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Public Sector Threatens Strike Over Taxation

Trade Unions in the Public Sector of Kenya have expressed their distress over proposed taxation in the 2023 Finance Bill. The concerned parties have warned that they will go ahead with industrial action if the amendments are enacted into law.

The Secretary General of Kenya Universities Staff Union, Charles Mukhwaya, read a statement urging the government to reduce taxes on public sector workers and engage the representatives of workers unions to discuss the best way forward.

Mukhwaya further stated that the proposed amendments to the 2023 Finance Bill would see up to 22 percent of monthly earnings being deducted, with the remaining 48 percent subjected to a 16 percent Value Added Tax (VAT) of all goods and services purchased. With the ever-increasing prices, this move would make public sector employees live as slaves who cannot afford a decent life.

Francis Atwoli, the Secretary-General of COTU, has advised the government to proceed with caution when it comes to tax hikes, highlighting that they could have counterproductive effects. According to Atwoli, the Kenyan economy is facing several challenges, including high inflation rates and the high cost of living. Despite these challenges, the government is yet to address them.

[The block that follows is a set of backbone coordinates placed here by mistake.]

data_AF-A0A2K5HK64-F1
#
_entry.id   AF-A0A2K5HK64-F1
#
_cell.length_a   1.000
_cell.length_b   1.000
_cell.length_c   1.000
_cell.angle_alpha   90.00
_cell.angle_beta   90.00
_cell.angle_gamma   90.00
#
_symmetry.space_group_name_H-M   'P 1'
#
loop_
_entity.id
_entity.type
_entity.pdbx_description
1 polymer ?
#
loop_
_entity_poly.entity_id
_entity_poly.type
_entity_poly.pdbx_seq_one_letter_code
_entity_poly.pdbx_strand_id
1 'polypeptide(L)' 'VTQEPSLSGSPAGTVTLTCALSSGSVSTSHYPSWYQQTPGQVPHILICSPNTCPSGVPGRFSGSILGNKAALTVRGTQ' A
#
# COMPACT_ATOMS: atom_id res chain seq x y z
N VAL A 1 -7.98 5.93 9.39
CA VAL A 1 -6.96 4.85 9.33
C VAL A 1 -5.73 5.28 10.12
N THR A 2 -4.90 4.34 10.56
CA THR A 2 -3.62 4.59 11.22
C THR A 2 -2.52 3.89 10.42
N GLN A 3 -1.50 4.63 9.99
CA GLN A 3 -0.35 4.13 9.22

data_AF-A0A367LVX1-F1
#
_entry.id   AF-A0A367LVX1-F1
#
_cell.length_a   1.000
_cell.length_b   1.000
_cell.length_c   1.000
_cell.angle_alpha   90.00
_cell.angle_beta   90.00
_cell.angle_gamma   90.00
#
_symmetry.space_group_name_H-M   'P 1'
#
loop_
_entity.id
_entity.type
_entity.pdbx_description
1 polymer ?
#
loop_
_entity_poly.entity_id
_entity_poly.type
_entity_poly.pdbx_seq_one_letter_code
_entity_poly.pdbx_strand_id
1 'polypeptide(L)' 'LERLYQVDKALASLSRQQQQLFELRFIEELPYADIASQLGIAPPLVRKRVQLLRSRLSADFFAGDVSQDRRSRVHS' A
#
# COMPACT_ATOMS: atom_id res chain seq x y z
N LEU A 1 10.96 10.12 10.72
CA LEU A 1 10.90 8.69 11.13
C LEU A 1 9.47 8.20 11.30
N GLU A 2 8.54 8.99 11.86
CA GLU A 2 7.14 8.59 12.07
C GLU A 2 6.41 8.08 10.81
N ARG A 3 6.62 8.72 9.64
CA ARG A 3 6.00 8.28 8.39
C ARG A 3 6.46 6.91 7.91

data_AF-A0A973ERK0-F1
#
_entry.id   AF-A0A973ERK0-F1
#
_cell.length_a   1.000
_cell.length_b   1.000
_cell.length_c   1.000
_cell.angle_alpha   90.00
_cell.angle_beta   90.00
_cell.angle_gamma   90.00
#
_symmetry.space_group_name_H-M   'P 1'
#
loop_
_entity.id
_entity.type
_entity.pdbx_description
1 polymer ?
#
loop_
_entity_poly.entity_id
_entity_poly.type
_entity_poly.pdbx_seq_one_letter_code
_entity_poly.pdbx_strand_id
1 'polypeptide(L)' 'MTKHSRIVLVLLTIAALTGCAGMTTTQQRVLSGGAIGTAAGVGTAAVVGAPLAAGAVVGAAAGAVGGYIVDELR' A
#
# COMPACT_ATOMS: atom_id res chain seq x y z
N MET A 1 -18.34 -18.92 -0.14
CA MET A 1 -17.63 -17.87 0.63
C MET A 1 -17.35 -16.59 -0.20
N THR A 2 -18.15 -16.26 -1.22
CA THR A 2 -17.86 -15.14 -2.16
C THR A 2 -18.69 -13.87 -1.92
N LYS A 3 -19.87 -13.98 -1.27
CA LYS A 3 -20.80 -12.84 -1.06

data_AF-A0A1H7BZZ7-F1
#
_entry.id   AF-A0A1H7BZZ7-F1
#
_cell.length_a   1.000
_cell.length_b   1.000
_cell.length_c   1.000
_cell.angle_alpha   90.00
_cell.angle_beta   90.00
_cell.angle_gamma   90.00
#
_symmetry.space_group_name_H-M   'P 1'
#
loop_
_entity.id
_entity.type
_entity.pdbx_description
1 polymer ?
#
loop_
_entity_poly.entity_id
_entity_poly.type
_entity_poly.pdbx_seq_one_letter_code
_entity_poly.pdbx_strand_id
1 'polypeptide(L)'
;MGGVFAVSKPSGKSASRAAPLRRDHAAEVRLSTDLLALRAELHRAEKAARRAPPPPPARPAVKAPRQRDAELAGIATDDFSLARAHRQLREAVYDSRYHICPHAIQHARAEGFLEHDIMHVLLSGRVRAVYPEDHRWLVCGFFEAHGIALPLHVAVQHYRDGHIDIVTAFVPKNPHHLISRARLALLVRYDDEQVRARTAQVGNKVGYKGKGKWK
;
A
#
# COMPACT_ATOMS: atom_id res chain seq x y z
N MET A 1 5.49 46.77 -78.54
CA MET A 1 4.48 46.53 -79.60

The Treasury recently submitted the 2023 Finance Bill to Parliament proposing changes to the Employment Act. This proposal involves allowing the deduction of three percent from employees’ basic pay to support President William Ruto’s plan to construct affordable homes. However, Ndung’u has capped the deductions at 5,000 shillings, which is largely a reintroduction of a policy rejected during former President Uhuru Kenyatta’s administration.

Apart from this, the bill proposes various taxes that will have a significant impact on digital content creators, owners of platforms that facilitate digital asset trading, and beauty product consumers. One of the proposals is a withholding tax of 15% on payments linked to monetizing digital content, which could have an impact on the livelihoods of numerous young individuals who work in the digital industry. The bill also proposes to introduce a tax on imported human hair, eyelashes, switches, and artificial nails, which will raise the prices of these products.

Imported fish will face a tax of either 20% of its value or Sh100,000 per metric tonne, whichever amount is greater. A tax of Sh25 per kilogram will be levied on powdered juice, whereas sugar (excluding that purchased by a registered pharmaceutical manufacturer) will face a tax of Sh5 per kilogramme. Wigs, false beards, and eyebrows, which are mostly imported, have grown in popularity, but they will also face taxation.

In conclusion, Kenyan public sector workers have expressed their dissatisfaction with the proposed changes in the 2023 Finance Bill. With various stakeholders calling on the government to ease the tax burden on employees, it remains to be seen how the Finance Bill will pan out. Nevertheless, the public sector workers are closely monitoring the situation and may take industrial action if the government does not address their concerns.



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